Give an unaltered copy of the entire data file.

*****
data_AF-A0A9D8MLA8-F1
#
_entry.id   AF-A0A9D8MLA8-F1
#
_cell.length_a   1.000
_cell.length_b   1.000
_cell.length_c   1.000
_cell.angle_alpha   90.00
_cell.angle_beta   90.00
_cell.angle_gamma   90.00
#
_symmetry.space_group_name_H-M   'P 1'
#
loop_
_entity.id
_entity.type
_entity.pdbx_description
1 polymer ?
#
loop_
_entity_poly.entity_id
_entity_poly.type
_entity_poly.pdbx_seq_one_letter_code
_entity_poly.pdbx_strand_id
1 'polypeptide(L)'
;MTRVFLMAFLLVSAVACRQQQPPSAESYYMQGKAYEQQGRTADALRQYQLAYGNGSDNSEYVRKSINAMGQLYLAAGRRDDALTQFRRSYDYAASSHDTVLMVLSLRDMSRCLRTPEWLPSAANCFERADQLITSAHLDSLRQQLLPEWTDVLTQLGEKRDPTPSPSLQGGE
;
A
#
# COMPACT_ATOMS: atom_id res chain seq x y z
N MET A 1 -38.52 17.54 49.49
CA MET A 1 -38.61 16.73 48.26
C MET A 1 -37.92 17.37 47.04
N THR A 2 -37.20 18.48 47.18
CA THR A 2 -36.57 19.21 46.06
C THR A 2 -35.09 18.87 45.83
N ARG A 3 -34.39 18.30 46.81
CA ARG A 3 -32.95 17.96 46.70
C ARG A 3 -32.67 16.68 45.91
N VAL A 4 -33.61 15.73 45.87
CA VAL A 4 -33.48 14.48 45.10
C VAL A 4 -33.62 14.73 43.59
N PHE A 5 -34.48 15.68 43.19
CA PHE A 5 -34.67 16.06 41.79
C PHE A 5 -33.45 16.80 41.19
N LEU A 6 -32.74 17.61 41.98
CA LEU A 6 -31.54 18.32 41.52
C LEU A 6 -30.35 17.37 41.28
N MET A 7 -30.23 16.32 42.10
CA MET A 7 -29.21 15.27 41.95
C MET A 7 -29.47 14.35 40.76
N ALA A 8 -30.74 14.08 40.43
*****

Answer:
data_AF-A0A9D8MLA8-F1
#
_entry.id   AF-A0A9D8MLA8-F1
#
_cell.length_a   1.000
_cell.length_b   1.000
_cell.length_c   1.000
_cell.angle_alpha   90.00
_cell.angle_beta   90.00
_cell.angle_gamma   90.00
#
_symmetry.space_group_name_H-M   'P 1'
#
loop_
_entity.id
_entity.type
_entity.pdbx_description
1 polymer ?
#
loop_
_entity_poly.entity_id
_entity_poly.type
_entity_poly.pdbx_seq_one_letter_code
_entity_poly.pdbx_strand_id
1 'polypeptide(L)'
;MTRVFLMAFLLVSAVACRQQQPPSAESYYMQGKAYEQQGRTADALRQYQLAYGNGSDNSEYVRKSINAMGQLYLAAGRRDDALTQFRRSYDYAASSHDTVLMVLSLRDMSRCLRTPEWLPSAANCFERADQLITSAHLDSLRQQLLPEWTDVLTQLGEKRDPTPSPSLQGGE
;
A
#
# COMPACT_ATOMS: atom_id res chain seq x y z
N MET A 1 -38.52 17.54 49.49
CA MET A 1 -38.61 16.73 48.26
C MET A 1 -37.92 17.37 47.04
N THR A 2 -37.20 18.48 47.18
CA THR A 2 -36.57 19.21 46.06
C THR A 2 -35.09 18.87 45.83
N ARG A 3 -34.39 18.30 46.81
CA ARG A 3 -32.95 17.96 46.70
C ARG A 3 -32.67 16.68 45.91
N VAL A 4 -33.61 15.73 45.87
CA VAL A 4 -33.48 14.48 45.10
C VAL A 4 -33.62 14.73 43.59
N PHE A 5 -34.48 15.68 43.19
CA PHE A 5 -34.67 16.06 41.79
C PHE A 5 -33.45 16.80 41.19
N LEU A 6 -32.74 17.61 41.98
CA LEU A 6 -31.54 18.32 41.52
C LEU A 6 -30.35 17.37 41.28
N MET A 7 -30.23 16.32 42.10
CA MET A 7 -29.21 15.27 41.95
C MET A 7 -29.47 14.35 40.76
N ALA A 8 -30.74 14.08 40.43